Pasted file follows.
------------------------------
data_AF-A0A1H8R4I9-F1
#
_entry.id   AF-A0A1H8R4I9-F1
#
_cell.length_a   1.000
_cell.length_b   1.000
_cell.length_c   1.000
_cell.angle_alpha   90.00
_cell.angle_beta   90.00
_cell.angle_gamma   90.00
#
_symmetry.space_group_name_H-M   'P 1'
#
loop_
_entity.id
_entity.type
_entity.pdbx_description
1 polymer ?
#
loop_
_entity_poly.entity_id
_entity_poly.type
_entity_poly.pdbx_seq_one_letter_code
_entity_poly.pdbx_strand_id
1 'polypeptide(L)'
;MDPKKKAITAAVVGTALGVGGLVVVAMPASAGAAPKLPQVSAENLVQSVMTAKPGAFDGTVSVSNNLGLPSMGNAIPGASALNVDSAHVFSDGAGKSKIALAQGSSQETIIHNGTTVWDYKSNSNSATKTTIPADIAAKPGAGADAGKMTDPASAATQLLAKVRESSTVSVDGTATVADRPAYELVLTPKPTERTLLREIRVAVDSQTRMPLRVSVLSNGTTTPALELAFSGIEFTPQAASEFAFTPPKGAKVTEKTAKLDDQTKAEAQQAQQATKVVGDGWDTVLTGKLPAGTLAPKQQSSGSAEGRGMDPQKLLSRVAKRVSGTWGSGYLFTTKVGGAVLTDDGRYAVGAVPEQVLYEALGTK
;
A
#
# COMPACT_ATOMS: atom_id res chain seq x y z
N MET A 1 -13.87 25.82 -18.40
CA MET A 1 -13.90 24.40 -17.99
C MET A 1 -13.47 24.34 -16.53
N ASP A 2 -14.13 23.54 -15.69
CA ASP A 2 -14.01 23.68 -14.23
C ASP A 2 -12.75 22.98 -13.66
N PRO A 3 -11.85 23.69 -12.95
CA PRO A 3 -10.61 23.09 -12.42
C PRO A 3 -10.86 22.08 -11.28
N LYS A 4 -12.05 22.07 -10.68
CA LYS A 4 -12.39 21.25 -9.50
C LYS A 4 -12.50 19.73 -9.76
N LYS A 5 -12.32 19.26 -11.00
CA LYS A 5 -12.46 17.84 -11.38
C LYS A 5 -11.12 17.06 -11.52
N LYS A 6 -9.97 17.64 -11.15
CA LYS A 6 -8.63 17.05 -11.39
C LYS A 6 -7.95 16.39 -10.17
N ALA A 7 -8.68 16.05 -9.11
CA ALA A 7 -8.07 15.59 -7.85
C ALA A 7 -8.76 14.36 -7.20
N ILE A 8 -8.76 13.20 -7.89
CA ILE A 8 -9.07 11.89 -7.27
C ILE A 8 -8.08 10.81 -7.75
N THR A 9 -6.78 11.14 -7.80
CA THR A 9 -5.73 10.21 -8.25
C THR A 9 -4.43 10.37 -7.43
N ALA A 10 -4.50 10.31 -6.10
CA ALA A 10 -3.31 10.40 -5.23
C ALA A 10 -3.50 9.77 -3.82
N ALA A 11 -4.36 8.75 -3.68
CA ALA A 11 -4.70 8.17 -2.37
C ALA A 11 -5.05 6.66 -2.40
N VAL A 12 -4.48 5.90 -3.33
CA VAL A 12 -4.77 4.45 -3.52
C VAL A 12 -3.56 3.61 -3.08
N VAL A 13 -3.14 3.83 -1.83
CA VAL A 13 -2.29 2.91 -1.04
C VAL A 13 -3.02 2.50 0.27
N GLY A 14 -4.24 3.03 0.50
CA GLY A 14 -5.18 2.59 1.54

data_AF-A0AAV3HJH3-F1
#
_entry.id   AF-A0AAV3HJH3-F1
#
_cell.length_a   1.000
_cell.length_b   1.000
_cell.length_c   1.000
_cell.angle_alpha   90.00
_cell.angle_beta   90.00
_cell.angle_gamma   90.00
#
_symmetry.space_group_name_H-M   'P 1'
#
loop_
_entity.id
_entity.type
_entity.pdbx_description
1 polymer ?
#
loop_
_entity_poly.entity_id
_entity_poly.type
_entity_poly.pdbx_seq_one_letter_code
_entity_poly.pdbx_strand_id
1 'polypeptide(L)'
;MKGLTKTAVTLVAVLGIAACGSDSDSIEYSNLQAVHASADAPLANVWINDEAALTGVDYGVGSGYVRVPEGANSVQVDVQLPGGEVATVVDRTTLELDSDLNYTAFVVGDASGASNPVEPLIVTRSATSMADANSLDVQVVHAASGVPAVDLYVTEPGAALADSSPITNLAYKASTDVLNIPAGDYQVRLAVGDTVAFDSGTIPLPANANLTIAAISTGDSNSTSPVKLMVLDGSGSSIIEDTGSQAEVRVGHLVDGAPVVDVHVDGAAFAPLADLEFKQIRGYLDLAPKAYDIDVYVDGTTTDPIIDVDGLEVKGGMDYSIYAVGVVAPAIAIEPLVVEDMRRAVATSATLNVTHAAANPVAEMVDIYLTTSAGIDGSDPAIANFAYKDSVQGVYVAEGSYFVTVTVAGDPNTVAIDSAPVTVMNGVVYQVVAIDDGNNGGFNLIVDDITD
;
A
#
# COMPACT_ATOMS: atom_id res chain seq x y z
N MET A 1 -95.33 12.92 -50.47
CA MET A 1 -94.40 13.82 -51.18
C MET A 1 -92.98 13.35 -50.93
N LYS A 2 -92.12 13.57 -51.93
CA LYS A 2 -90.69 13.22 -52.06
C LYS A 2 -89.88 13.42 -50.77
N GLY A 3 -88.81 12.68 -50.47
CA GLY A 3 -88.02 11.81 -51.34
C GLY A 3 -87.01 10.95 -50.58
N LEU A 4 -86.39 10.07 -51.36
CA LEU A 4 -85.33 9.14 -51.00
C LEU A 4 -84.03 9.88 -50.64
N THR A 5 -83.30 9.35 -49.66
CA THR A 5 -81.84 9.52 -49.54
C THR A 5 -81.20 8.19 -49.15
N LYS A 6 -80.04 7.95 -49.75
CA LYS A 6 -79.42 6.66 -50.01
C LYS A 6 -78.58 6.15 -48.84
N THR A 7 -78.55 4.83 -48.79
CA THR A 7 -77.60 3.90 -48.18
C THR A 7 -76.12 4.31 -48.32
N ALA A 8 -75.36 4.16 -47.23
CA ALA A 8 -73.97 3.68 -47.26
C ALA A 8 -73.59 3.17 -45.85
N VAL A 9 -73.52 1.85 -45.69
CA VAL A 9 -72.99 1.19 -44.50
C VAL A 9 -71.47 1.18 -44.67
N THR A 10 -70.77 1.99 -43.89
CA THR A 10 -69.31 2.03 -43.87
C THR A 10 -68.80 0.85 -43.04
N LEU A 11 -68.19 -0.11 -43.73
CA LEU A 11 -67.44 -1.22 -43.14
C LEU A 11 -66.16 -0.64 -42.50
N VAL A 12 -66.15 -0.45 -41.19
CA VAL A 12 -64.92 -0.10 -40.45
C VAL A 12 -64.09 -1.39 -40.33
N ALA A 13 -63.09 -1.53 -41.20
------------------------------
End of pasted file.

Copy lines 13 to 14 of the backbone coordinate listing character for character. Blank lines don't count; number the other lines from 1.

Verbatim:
#
loop_